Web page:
When I was in junior high, my parents devised a method so TV wouldn’t take up all our after school time.  We were not allowed to watch until evening after chores and homework were finished.  We were given an allowance each week which included a little extra for “pay TV.”  We each got an extra quarter.  Each program was 5 cents.  Most programs were a half hour. We could watch more than five programs, but the extra shows came out of our regular allowance at a nickel each.  I saved all mine and skipped most of the programs.  My sis always ate through all her allowance.  Needless to say this plan didn’t fare very well with either of us.

The consequence of my being frugal as a child is that I now am frugal as well.  Because I can stretch a penny endlessly, I don’t need a lot of money and therefore do not work as much as most people.  This has been the bane of my life.  If I had worked more, even full time, for most of my life, I would have a better, more comfortable retirement, or even a retirement.  As it is, I tell my husband that I will have to work until I die to make ends meet.  Most of my adult life I have either been self employed or worked part time.  Consequently I have not garnered the retirement most create by working full time.  Social Security is greatly decreased and my “retirement accounts” are abysmally small compared to the full timer.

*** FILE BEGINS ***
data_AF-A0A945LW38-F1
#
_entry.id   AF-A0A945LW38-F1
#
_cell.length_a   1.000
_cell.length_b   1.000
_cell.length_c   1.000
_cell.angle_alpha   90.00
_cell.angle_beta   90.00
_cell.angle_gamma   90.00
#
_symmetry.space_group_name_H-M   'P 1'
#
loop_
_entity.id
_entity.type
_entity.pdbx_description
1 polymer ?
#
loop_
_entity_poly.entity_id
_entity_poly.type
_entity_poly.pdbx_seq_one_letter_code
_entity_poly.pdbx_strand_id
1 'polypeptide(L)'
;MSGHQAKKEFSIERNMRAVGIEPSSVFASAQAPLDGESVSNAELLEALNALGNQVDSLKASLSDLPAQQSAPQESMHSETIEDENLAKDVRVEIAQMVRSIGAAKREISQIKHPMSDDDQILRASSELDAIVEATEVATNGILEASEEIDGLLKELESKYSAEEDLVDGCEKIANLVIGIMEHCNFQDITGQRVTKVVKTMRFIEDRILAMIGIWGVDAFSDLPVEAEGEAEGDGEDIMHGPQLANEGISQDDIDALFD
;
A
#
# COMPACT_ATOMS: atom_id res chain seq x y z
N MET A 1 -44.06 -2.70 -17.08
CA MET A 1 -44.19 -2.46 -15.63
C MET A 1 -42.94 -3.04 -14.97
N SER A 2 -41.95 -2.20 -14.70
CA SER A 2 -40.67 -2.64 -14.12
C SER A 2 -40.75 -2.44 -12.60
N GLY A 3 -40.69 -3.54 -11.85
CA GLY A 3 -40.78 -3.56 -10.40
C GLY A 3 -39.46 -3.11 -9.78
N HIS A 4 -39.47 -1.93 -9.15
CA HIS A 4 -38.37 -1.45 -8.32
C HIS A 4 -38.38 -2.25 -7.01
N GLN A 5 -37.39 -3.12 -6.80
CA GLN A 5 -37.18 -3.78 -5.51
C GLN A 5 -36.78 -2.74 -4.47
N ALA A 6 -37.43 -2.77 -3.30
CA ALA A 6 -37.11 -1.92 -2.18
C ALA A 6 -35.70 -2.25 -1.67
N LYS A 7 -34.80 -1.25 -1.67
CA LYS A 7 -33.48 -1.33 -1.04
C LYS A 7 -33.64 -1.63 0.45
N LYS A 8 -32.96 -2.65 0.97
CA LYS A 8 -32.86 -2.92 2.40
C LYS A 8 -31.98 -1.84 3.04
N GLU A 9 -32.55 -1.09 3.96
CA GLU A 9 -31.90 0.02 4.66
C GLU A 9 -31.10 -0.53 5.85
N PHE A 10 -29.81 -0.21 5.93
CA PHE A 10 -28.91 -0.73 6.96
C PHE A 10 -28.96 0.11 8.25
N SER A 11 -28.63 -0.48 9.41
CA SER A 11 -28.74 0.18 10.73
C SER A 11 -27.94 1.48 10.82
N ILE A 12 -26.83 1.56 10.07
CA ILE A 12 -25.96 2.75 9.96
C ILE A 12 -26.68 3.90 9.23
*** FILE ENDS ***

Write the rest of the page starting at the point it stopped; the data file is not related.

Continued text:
But…I can still stretch that penny.  Because I make food from scratch, can and freeze a lot, because I shop at the thrift store and seldom purchase new goods, because we do not travel extensively or have expensive tastes, the minimal retirement that we do have goes a long ways, for which I am thankful.

My parents idea of teaching me to frugal as child did not necessarily work out as an adult.  I am willing to do with much less.  I save as much as I can and spend little compared to my contemporaries, I am satisfied with little, I work hard with small resources to create a happy and prosperous home environment, not a wealthy one, but one that comes from hard work and frugality.